I write this from personal experience: as a student, I was lucky enough to see FR Leavis in action. My teacher had been taught by FR Leavis at Cambridge. Leavis was a literary critic who treated English literature as a secular religion, a kind of answer to what he thought was a post-Christian society. He had a fanatical assurance about literature… And my teacher at school felt something comparably zealous… It was conveyed to us that certain books really did matter and that you were involved in some rearguard action for the profound human values in these books.

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His father was a cultured man who ran a shop in Cambridge that sold pianos and other musical instruments, [1] and his son was to retain a respect for him throughout his life. Leavis was educated at a fee-paying independent school in English terms a minor public school , The Perse School , whose headmaster was Dr W.

Rouse was a classicist and known for his "direct method", a practice which required teachers to carry on classroom conversations with their pupils in Latin and classical Greek. Though he had some fluency in foreign languages, Leavis felt that his native language was the only one on which he was able to speak with authority. His extensive reading in the classical languages is not therefore strongly evident in his work.

Leavis is quoted as saying: "But after the Bloody Somme there could be no question for anyone who knew what modern war was like of joining the army. His wartime experiences had a lasting effect on him, making him prone to insomnia. He maintained that exposure to poison gas retained in the clothes of soldiers who had been gassed damaged his physical health, particularly his digestion.

He said: "The war, to put it egotistically, was bad luck for us. Despite graduating with first-class honours , Leavis was not seen as a strong candidate for a research fellowship and instead embarked on a PhD , then an unusual career move for an aspiring academic. In Leavis was appointed director of studies in English at Downing College where he was to teach for the next 30 years.

He soon founded Scrutiny, the critical quarterly that he edited until , using it as a vehicle for the new Cambridge criticism, upholding rigorous intellectual standards and attacking the dilettante elitism he believed to characterise the Bloomsbury Group. Scrutiny provided a forum for on occasion identifying important contemporary work and more commonly reviewing the traditional canon by serious criteria.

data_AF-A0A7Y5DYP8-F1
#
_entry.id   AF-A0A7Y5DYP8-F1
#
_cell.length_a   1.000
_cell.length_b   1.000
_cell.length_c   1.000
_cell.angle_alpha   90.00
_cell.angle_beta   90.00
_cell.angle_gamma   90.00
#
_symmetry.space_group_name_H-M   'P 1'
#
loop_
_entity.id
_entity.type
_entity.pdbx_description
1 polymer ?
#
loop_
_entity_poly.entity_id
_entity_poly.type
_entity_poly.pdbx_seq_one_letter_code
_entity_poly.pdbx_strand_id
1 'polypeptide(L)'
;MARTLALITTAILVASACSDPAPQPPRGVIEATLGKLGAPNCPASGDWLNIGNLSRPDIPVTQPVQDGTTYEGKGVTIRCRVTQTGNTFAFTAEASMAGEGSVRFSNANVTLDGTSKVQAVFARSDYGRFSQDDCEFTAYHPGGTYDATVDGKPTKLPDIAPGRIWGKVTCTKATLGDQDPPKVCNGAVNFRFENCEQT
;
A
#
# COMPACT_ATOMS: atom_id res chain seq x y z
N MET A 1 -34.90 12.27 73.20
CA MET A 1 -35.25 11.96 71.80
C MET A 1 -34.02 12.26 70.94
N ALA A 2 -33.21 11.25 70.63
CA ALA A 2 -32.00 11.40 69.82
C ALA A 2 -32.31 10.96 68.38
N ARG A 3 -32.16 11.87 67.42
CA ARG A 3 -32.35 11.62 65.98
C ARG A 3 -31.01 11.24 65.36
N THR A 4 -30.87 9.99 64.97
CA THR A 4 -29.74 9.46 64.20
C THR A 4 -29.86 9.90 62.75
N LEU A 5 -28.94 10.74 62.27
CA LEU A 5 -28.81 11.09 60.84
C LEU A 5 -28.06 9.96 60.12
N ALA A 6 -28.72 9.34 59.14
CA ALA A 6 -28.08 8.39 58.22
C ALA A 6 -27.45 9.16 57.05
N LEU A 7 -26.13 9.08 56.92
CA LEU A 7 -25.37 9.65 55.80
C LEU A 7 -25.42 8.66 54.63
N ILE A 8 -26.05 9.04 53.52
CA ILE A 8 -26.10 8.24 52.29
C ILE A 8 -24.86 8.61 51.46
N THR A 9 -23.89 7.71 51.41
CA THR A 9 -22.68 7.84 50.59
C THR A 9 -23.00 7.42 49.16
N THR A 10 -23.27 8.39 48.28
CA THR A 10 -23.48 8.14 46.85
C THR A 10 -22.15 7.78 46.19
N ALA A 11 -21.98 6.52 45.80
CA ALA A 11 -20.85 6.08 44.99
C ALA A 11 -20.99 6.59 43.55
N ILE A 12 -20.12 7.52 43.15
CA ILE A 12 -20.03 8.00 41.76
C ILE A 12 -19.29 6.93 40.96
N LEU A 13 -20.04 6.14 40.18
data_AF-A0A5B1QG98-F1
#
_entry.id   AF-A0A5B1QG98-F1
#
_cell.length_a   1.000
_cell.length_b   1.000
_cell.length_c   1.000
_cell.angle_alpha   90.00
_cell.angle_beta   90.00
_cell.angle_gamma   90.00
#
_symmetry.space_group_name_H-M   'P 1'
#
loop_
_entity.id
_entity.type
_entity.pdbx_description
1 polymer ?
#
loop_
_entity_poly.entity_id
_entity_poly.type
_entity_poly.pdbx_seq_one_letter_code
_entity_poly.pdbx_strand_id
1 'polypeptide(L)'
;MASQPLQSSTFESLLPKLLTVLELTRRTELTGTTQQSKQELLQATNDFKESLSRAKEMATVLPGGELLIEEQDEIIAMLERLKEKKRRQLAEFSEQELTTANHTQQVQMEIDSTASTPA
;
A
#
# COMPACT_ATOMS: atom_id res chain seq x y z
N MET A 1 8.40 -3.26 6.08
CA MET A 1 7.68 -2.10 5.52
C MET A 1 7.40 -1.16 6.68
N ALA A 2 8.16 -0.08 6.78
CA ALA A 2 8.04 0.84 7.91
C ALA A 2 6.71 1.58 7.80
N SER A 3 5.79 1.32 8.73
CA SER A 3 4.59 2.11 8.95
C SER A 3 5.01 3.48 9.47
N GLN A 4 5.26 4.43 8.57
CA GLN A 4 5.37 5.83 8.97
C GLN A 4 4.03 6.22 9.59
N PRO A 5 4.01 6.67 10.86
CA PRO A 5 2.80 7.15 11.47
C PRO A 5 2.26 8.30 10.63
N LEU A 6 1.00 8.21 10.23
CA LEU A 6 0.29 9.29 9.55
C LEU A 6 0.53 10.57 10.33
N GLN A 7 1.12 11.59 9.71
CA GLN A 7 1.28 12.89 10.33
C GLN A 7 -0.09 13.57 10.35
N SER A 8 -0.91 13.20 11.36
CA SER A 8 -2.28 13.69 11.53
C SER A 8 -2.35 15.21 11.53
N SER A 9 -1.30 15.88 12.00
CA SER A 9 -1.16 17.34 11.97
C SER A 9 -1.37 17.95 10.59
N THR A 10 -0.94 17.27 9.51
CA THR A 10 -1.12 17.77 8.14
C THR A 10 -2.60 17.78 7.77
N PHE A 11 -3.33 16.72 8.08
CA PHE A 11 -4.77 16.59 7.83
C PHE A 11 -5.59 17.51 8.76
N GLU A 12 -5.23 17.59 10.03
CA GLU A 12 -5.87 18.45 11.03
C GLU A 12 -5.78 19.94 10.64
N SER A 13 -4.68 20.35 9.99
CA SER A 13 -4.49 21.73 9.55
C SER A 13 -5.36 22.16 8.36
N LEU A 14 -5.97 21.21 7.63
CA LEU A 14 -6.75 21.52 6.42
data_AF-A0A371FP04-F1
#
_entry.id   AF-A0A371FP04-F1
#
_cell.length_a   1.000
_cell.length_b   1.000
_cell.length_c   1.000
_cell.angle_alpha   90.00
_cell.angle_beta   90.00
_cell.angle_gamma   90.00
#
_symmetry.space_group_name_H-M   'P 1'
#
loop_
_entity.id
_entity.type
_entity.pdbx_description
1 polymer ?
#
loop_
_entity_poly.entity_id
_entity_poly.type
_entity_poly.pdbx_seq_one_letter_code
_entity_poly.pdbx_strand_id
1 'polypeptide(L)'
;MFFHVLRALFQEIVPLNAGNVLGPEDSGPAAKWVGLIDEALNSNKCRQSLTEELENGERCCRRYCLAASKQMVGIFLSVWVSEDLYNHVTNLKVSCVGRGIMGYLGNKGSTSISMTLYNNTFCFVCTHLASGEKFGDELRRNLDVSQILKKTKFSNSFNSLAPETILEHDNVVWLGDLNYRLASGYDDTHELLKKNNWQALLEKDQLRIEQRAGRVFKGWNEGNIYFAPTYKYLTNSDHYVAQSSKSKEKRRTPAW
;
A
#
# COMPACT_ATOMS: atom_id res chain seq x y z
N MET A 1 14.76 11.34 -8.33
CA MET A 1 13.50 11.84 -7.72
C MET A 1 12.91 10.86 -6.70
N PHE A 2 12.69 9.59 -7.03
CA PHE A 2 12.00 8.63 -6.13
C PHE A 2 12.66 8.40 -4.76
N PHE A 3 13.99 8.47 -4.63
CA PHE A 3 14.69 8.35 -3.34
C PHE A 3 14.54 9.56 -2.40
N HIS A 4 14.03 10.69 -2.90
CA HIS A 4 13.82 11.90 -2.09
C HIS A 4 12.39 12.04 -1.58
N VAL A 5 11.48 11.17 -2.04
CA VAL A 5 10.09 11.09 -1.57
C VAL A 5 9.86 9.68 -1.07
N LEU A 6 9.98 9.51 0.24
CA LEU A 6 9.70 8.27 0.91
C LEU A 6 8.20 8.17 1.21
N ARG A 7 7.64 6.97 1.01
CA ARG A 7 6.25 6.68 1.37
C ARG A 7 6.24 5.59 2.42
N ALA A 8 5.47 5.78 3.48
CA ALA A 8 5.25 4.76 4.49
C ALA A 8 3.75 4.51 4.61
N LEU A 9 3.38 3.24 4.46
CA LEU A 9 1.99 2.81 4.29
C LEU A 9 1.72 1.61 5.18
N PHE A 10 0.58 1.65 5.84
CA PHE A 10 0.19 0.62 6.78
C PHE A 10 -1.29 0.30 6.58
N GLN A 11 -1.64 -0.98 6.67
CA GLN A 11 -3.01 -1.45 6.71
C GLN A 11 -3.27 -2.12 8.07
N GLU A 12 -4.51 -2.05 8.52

He has been frequently but often erroneously associated with the American school of New Critics , a group which advocated close reading and detailed textual analysis of poetry over, or even instead of, an interest in the mind and personality of the poet, sources, the history of ideas and political and social implications.

Eliot , and Ezra Pound , was an attempt to identify the essential new achievements in modern poetry. This publication, along with Culture and the Environment a joint effort with Denys Thompson , stressed the importance of an informed and discriminating, highly trained intellectual elite whose existence within university English departments would help preserve the cultural continuity of English life and literature.

In Education and the University , Leavis argued that "there is a prior cultural achievement of language; language is not a detachable instrument of thought and communication. Historians of the era have suggested that the idea was based on a misreading of history and that such communities had never existed.

In , Leavis focused his attention on fiction and made his general statement about the English novel in The Great Tradition , where he traced this claimed tradition through Jane Austen , George Eliot , Henry James , and Joseph Conrad. Contentiously, Leavis, and his followers, excluded major authors such as Charles Dickens , Laurence Sterne and Thomas Hardy from his canon, characterising Dickens as a "mere entertainer", but eventually, following the revaluation of Dickens by Edmund Wilson and George Orwell , Leavis changed his position, publishing Dickens the Novelist in Leavis found Bentham to epitomize the scientific drift of culture and social thinking, which was in his view the enemy of the holistic, humane understanding he championed.